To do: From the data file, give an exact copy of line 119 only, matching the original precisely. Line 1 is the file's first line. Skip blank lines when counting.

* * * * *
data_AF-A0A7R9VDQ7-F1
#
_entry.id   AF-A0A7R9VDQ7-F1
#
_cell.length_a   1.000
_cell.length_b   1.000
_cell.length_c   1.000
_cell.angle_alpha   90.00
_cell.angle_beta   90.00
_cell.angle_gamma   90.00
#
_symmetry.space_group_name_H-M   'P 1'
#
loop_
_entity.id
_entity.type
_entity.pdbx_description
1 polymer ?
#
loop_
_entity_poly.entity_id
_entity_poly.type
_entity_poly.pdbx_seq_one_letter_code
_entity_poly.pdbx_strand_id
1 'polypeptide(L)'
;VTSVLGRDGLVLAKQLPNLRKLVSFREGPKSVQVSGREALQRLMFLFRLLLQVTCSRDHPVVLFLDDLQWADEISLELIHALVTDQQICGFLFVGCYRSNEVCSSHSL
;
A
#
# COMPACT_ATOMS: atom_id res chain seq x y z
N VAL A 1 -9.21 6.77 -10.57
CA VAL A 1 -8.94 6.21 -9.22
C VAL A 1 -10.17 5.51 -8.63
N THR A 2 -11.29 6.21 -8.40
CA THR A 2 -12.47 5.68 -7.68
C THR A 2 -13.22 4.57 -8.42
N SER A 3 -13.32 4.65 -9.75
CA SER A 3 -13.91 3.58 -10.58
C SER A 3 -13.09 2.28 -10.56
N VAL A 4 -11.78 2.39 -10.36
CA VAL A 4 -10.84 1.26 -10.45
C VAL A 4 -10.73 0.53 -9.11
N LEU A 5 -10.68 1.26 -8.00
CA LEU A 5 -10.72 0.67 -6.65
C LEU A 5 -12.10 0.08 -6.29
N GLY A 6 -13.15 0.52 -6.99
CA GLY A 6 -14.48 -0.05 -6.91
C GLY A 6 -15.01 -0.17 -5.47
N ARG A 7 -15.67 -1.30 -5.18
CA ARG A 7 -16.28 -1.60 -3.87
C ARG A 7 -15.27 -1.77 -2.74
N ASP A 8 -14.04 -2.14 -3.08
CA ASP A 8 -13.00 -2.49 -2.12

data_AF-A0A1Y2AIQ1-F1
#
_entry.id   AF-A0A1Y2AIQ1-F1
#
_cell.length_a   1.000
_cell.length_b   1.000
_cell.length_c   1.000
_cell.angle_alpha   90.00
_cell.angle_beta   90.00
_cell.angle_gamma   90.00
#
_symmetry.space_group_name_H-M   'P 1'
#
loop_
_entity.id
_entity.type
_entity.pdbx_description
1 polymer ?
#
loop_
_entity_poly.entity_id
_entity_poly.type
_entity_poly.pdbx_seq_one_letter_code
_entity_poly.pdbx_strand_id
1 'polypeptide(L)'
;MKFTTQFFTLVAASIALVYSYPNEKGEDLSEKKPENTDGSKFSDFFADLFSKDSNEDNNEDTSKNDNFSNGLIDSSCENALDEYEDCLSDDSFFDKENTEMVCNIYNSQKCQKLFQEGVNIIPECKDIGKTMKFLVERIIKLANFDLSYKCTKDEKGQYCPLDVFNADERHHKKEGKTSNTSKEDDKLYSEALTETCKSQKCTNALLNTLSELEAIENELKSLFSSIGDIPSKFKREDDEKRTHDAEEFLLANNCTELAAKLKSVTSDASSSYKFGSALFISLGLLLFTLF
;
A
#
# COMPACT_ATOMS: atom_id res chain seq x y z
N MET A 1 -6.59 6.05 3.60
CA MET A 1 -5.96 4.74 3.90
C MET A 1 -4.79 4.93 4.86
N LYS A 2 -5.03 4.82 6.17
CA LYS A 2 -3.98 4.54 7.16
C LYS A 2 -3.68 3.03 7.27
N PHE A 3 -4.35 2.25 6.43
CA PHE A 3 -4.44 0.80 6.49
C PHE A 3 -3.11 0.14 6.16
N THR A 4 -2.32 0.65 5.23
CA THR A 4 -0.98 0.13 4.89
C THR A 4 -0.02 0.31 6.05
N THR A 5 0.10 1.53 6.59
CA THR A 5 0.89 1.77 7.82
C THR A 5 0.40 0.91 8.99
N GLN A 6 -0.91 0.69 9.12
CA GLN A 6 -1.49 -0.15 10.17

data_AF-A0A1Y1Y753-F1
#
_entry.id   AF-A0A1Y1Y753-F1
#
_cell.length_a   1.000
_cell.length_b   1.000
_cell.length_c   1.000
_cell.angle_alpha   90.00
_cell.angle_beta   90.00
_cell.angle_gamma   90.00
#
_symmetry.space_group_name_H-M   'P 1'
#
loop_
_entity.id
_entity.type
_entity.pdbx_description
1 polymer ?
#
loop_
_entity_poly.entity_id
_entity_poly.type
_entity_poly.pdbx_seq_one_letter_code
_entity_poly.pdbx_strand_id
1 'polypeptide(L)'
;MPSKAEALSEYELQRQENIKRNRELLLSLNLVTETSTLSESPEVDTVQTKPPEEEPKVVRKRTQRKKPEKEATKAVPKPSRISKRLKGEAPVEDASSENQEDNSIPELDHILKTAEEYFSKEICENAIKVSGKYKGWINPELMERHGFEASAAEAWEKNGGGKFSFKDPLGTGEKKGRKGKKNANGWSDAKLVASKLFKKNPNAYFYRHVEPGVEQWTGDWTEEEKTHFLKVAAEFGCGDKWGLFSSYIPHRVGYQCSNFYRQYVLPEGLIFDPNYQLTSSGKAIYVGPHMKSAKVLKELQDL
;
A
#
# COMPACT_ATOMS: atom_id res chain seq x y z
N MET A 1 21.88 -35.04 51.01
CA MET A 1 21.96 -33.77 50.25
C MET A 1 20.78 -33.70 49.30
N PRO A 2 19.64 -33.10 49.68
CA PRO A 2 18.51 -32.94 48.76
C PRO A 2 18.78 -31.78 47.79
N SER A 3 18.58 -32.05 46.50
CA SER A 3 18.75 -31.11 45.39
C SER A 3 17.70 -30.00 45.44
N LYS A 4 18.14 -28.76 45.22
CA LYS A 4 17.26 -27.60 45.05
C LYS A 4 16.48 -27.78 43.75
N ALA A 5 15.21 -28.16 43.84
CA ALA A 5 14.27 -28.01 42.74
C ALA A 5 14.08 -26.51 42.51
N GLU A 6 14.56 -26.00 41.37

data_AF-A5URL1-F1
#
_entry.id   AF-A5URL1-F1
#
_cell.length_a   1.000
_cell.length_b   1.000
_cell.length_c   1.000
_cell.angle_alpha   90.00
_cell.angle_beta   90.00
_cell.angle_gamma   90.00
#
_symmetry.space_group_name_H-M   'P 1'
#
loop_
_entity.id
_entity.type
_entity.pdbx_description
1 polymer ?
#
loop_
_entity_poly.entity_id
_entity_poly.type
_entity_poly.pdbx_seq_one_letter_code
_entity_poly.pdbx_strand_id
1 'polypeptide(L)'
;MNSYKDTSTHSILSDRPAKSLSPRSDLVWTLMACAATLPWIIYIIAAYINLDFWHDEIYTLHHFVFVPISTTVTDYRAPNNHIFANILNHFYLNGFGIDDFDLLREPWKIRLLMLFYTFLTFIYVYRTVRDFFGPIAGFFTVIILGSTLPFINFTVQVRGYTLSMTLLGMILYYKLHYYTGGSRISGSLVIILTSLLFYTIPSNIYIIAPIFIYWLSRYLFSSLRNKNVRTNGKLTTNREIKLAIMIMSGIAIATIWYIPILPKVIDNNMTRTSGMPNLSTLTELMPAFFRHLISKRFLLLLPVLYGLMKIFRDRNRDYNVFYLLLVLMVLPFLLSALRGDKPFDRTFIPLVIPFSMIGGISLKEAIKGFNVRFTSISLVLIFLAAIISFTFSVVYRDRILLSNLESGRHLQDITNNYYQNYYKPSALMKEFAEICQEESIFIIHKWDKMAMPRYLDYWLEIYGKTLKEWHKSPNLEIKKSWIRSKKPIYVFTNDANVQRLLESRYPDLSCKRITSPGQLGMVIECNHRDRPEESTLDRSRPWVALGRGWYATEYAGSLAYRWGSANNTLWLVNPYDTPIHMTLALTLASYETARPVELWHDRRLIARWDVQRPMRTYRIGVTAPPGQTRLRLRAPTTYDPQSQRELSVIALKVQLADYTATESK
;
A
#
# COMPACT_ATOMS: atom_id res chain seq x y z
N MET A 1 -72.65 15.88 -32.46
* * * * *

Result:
#